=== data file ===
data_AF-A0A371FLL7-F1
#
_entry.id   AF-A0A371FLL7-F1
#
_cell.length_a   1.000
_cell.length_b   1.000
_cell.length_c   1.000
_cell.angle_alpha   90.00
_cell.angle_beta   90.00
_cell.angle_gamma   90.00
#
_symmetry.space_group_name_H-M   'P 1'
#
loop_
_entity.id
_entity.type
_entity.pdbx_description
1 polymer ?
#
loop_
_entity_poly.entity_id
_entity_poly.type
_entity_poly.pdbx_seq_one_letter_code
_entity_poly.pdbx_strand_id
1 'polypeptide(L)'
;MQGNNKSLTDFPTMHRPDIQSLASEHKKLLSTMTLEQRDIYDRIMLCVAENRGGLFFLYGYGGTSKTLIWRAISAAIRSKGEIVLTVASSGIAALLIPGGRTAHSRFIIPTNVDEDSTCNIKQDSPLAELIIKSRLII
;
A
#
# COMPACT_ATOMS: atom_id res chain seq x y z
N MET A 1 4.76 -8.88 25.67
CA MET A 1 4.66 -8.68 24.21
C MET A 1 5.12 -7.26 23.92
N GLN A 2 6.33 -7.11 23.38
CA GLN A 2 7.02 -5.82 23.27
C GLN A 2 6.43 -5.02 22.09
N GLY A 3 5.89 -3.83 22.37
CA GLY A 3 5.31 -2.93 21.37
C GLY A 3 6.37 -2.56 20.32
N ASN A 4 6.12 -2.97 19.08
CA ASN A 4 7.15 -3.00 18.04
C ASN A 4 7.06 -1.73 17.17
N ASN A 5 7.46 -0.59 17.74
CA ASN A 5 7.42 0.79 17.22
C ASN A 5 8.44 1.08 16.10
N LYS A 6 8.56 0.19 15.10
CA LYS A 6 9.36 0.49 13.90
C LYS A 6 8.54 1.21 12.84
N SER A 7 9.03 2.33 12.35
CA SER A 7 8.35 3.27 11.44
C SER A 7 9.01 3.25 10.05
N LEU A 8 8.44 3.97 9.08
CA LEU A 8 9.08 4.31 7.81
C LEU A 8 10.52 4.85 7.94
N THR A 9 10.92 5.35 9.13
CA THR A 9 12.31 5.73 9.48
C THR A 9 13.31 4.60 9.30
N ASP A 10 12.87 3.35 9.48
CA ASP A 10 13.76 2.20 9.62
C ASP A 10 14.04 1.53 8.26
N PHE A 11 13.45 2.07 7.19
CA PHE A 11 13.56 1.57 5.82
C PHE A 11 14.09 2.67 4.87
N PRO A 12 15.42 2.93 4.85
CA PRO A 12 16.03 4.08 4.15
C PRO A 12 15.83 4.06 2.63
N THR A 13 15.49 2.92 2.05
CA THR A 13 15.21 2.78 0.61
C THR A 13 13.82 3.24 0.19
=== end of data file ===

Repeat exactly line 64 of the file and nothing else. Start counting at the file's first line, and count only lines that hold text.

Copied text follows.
N PRO A 12 15.42 2.93 4.85